Check Your Gut

The human gut is essentially in two states: fed or unfed. While we sleep through the night, the gut is in an unfed state. When we just chowed down lunch, our gut is in a fed state.

So it is fair to say we’ve all done IF practically all our lives, every time we went to bed. Intermittent fasting is simply a replication of the same condition, but during the daytime.

The unfed state is actually very natural for the human body and should make up the majority of our lives; this is so that the body can free its resources from the process of digestion and focus on other biological processes — like recovery, rebuilding, and cellular house-cleaning.

Glorified Gluttony

Our culture, however, have conditioned us to eat constantly, to snack throughout the day, and eat as many as 6 so-called “small” meals a day.

Since it takes 3 to 4 hours to digest a meal, it means our gut is constantly in a fed state, digesting from the moment we wake to the time we go to bed. Talk about overworked — it’s such a pervasive (and perversive) theme to our society. Work work work.

The French Don’t Work Themselves to Death

The French are known to eat less, because they don’t snack between meals. Reports claim they truly enjoy their food slowly, enjoying every bite slowly, and this might allow them to eat less. They also simply go longer between feeding.

Intermittent Fasting, a Multitude of Positive Effects

Intermittent fasting studies show that going longer between feedings has positive health impact, from improved hormonal profiles, blood lipids, brain protection, and blood pressure to increased fat metabolism. So it seems that it’s not just eating fewer calories that decreases body fat, but that going longer between meals can also decrease body fat and improve health.

Filippa Hamilton, French Model

Kevin Flamme, French

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Read time: 2 minutes

My wife says that I did a “180.”

I went from 204 pounds of fat to 175 pounds of lean weight. And at 5’8″ with this body weight, I competed fairly well in amateur bodybuilding. After those competitive days, instead of going back to being an overweight slob, I kept up the bodybuilding  lifestyle.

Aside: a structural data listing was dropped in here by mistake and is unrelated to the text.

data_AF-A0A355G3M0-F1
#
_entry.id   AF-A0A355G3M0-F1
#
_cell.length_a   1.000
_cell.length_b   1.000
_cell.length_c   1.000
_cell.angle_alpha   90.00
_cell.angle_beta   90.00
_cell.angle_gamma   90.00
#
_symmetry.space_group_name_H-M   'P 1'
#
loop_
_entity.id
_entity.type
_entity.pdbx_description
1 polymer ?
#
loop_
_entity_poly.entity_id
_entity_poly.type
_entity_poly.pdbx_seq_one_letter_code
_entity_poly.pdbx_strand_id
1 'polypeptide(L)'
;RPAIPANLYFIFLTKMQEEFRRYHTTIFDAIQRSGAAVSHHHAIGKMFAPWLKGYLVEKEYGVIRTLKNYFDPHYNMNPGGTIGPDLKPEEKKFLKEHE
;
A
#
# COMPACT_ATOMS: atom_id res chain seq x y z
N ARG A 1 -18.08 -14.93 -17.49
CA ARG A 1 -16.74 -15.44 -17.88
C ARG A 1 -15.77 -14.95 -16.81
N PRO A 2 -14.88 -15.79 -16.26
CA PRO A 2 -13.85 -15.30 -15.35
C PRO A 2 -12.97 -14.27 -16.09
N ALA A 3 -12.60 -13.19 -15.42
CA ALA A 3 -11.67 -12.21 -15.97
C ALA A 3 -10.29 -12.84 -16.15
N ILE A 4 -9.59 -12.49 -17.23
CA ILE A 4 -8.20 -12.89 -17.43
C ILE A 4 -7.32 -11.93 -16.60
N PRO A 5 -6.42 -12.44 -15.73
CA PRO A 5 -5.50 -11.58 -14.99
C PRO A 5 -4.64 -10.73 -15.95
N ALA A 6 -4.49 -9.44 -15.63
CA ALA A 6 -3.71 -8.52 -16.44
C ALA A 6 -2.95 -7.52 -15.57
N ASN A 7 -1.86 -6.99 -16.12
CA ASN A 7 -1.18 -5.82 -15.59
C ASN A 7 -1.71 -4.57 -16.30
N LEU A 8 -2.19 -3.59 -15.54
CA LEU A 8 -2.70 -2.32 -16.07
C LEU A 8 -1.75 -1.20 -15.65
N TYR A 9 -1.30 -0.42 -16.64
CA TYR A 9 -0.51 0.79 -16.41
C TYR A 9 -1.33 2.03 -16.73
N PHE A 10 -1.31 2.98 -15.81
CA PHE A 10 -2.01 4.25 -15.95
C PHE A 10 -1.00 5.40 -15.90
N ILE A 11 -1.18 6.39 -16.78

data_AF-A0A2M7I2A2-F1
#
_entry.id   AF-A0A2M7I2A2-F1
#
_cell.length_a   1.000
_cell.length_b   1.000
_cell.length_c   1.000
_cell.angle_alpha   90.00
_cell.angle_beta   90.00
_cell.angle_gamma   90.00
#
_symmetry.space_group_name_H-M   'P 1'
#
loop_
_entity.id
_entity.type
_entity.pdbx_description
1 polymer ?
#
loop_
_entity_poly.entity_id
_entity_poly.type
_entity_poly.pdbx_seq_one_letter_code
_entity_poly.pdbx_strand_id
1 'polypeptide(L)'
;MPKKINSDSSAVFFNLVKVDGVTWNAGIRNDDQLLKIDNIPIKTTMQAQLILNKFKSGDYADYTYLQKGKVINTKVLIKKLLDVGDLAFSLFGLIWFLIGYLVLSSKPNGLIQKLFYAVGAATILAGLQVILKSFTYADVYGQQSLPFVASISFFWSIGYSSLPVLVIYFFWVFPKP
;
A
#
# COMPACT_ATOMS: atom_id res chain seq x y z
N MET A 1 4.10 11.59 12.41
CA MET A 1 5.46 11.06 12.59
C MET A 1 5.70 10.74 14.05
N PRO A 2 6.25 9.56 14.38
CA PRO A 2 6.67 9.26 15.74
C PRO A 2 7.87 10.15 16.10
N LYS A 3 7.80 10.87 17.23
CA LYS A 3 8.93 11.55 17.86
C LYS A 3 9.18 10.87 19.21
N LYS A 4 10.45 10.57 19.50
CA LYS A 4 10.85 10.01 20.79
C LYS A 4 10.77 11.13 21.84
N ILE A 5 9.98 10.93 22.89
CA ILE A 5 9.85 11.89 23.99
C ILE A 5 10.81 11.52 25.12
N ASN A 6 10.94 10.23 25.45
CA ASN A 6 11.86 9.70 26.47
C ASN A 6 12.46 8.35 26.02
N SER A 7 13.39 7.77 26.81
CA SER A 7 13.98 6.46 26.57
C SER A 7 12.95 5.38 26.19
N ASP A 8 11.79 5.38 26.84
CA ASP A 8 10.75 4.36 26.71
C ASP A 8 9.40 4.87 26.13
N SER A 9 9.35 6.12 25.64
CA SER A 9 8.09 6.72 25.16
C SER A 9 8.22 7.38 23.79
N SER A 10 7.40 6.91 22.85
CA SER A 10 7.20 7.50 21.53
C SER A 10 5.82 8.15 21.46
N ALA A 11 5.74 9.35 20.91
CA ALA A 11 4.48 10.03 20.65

But that wasn’t the 180-degree turn my wife was talking about.

The turn I took was when I eventually gave up this bodybuilding lifestyle. I had gone from lugging around massive muscle mass (sort of gorilla-like, if you will) to being lean and slender. So I went from a heavily muscled freak to the current, much healthier, lighter, and defined 155 lbs.

That was my 180.

A Much Better Look

I can tell you this: I feel much, much better. Not only that, but I also believe I look way better. My wife agrees. My friends say the same — and they now describe me with adjectives I hadn’t thought about before: healthy, sleek, and less painful-looking. 

How on earth did I ever thought that looking like an ape was attractive, or even healthy?

So, yes, I agree with my wife that I made a big turn. But I wouldn’t call it a complete “180.” It’s more like a 110-degree turn. What I mean by this is that I wasn’t shooting to be completely out of shape with no muscle and only flab. I still love having muscle.

But having the right amount of muscle, and having it strategically placed on the body, is very important to me.

Hot Physiques

I have come to appreciate the physiques of Hollywood actors, of hip models, of soccer or track athletes (Beckham comes to mind, as does pole vaulter Allison Stokke). These are people who don’t look… well, painful. And most people would agree that they look very attractive.

There’s no doubt that these people are hot. Yes, they have a larger-than-life persona, but they have the kind of physiques that most people admire. If you’re a guy like me, you probably wouldn’t mind walking on the beach sporting a body like Daniel Craig’s. Or if you’re a female, I’m sure you wouldn’t mind walking into a cocktail party with a body like Allison Stokke’s, wearing a low-cut dress.

Mind the Threads

But it’s not just about a lean and defined body. After all, there are only a handful of times you get to show off the body in real life — you can’t walk into a Starbucks shirtless. Clothes must visually work for the body, even if they don’t show off your definition, the veins on the arms, the six-packs.  

But no matter how wonderful the cut, the style, or the taylor of the shirt, the jeans, or the sweater, they can only look great on a well-built, sleek physique. They look otherwise plain on an out-of-shape body.

An international soccer superstar (or football superstar, for you European purists) can make a statement solely by the threads hanging on his body. Forget that he’s an international athletic figure head.

This is the essence of this blog. It’s not to have a nice physique just to have a nice physique, but to make a statement wherever you go with the thread you wear and the life you enjoy.

This is Lean Couture.